Towson University political scientist Martha Joynt Kumar said it appeared that Bush was moving quickly to assemble his second-term Cabinet so the balance of the year could be devoted to discussions of the administration's policy agenda rather than chatter about personnel changes, as occurred during the lull between Bill Clinton's first and second terms.
With six Cabinet departures already in the offing, Bush is poised to enjoy a full transition period, one that he did not have four years ago because that disputed election was not settled until Dec. 13, 2000, when Democrat Al Gore conceded. Thus, the president appears well-positioned to start his second term without undue delay.
But Paul Light, a professor of public service at New York University, warned that it may take significantly longer to fill the array of "sub-Cabinet" posts, that is, the senior positions in each of the agencies facing a vacancy at the top.
"This is the beginning of a massive restructuring of the sub-Cabinet," Light said. "And it's going to require a great deal of work. But second-term presidents have only a very short time to make their mark."
Among other Cabinet secretaries who also may resign in the coming weeks and months are Homeland Security Secretary Tom Ridge, Health and Human Services Secretary Tommy Thompson, trade representative Robert Zoellick, Labor Secretary Elaine Chao and Transportation Secretary Norman Y. Mineta, the only Democrat in Bush's Cabinet.
Abraham, 52, leaves the Energy Department after a tenure marked by frustration over the administration's inability to win congressional approval for Bush's high-priority energy bill, which emphasized increased energy production and conservation, including drilling in Alaska's Arctic National Wildlife Refuge.
In his resignation letter, Abraham claimed that 90% of what was in the energy legislation has been achieved administratively; but Bush throughout the just-ended campaign had made no effort to hide his frustration over the refusal of Congress to pass a national energy bill.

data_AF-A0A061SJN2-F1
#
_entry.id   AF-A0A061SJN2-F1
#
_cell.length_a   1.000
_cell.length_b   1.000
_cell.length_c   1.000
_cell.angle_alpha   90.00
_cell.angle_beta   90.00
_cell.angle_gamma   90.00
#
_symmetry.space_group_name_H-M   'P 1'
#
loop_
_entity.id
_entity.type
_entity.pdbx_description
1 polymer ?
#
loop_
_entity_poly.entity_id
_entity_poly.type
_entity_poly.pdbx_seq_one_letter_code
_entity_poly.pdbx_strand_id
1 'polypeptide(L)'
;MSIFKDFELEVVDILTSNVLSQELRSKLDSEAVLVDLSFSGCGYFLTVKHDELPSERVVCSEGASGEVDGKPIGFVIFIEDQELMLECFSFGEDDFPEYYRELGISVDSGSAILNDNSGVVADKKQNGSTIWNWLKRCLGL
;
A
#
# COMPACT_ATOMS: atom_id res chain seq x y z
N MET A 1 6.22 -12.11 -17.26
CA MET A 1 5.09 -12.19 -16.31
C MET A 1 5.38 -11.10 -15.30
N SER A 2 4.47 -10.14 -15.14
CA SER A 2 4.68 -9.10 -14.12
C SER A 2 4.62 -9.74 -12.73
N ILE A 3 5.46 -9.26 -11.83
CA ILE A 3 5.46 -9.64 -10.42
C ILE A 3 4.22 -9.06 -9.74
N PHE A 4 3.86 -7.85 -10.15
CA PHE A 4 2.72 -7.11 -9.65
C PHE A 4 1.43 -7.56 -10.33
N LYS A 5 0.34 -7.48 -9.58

Although Abraham, a former Michigan senator, received mixed reviews as a salesman for Bush's initiatives, some analysts said his role was overshadowed by Vice President Dick Cheney's direct involvement in formulating energy policy behind closed doors.
"He [Abraham] shepherded Bush's energy plan as well as he could," said Philip K. Verleger Jr., an energy economist at the Institute for International Economics in Washington. "Cheney set the energy policy. All he did was implement it. He was the functionary."
During his tenure at Energy, crude oil and gasoline prices soared, but Abraham declined repeated calls to release oil from the Strategic Petroleum Reserve as a way to ease price pressures. He took a personal interest in programs to safeguard nuclear materials and promote hydrogen-fuel vehicles.
Possible successors are said to include retiring Democratic Sen. John Breaux, a moderate from energy-rich Louisiana; Edison Electric Institute President Tom Kuhn, who was a Bush classmate at Yale, and U.S. Ambassador to Mexico Tony Garza, a former Texas energy regulator.
As agriculture secretary, Veneman, 55, led a sprawling agency with more than 100,000 employees and an annual budget exceeding $80 billion. The daughter of a California peach grower, she headed the California Department of Food and Agriculture from 1995 to 1999.
Veneman, a breast cancer survivor, was seen as an able farm trade negotiator and loyal promoter of the president's policies, and was widely praised for the administration's rapid response to the first reports of mad cow disease in the United States.
But she also drew criticism for her role in the development of massive farm subsidy legislation that has undermined U.S. credibility in global trade talks.
One potential Veneman successor is said to be Rep. Charles Stenholm (D-Texas), a moderate who lost his reelection bid this month after 13 terms in the House.
Other potential replacements include Agriculture Undersecretary Bill Hawks, U.S. agriculture trade negotiator Allen Johnson, White House agriculture advisor Chuck Conner, Agriculture Department conservation chief Bruce Knight, and Missouri Farm Bureau President Charles Kruze.
Paige, 71, is best known for his role in promoting the president's No Child Left Behind initiative, which imposed testing and accountability standards on elementary and middle schools.
A former superintendent of schools in Houston, Paige was the first African American to serve as the nation's top education official. He said he intended to return to Texas to devote attention to "a personal project" he did not identify.
A leading candidate to replace him is Bush's chief domestic policy advisor, Margaret Spellings, who played a prominent role in development of No Child Left Behind. Bush has said one of his top priorities for his second term is to expand the initiative to encompass the nation's high schools.